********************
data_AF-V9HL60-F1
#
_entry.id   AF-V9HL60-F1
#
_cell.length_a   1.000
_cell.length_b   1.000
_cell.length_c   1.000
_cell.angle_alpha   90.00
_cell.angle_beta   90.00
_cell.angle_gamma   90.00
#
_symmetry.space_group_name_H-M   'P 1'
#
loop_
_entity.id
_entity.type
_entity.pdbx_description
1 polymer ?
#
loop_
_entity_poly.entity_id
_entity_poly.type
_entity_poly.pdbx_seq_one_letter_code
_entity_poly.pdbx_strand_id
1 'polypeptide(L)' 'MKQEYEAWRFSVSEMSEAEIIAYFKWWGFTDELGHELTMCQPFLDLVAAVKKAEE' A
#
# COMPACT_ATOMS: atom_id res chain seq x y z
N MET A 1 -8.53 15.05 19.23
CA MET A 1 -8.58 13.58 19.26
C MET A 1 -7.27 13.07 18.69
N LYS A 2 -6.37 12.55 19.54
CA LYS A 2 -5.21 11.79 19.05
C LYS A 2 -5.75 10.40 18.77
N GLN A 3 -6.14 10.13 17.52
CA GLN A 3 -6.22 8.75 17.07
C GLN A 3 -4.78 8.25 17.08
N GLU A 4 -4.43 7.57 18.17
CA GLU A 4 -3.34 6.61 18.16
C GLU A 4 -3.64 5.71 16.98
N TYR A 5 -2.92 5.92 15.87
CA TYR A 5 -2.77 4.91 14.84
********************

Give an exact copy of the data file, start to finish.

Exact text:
data_AF-V9HL60-F1
#
_entry.id   AF-V9HL60-F1
#
_cell.length_a   1.000
_cell.length_b   1.000
_cell.length_c   1.000
_cell.angle_alpha   90.00
_cell.angle_beta   90.00
_cell.angle_gamma   90.00
#
_symmetry.space_group_name_H-M   'P 1'
#
loop_
_entity.id
_entity.type
_entity.pdbx_description
1 polymer ?
#
loop_
_entity_poly.entity_id
_entity_poly.type
_entity_poly.pdbx_seq_one_letter_code
_entity_poly.pdbx_strand_id
1 'polypeptide(L)' 'MKQEYEAWRFSVSEMSEAEIIAYFKWWGFTDELGHELTMCQPFLDLVAAVKKAEE' A
#
# COMPACT_ATOMS: atom_id res chain seq x y z
N MET A 1 -8.53 15.05 19.23
CA MET A 1 -8.58 13.58 19.26
C MET A 1 -7.27 13.07 18.69
N LYS A 2 -6.37 12.55 19.54
CA LYS A 2 -5.21 11.79 19.05
C LYS A 2 -5.75 10.40 18.77
N GLN A 3 -6.14 10.13 17.52
CA GLN A 3 -6.22 8.75 17.07
C GLN A 3 -4.78 8.25 17.08
N GLU A 4 -4.43 7.57 18.17
CA GLU A 4 -3.34 6.61 18.16
C GLU A 4 -3.64 5.71 16.98
N TYR A 5 -2.92 5.92 15.87
CA TYR A 5 -2.77 4.91 14.84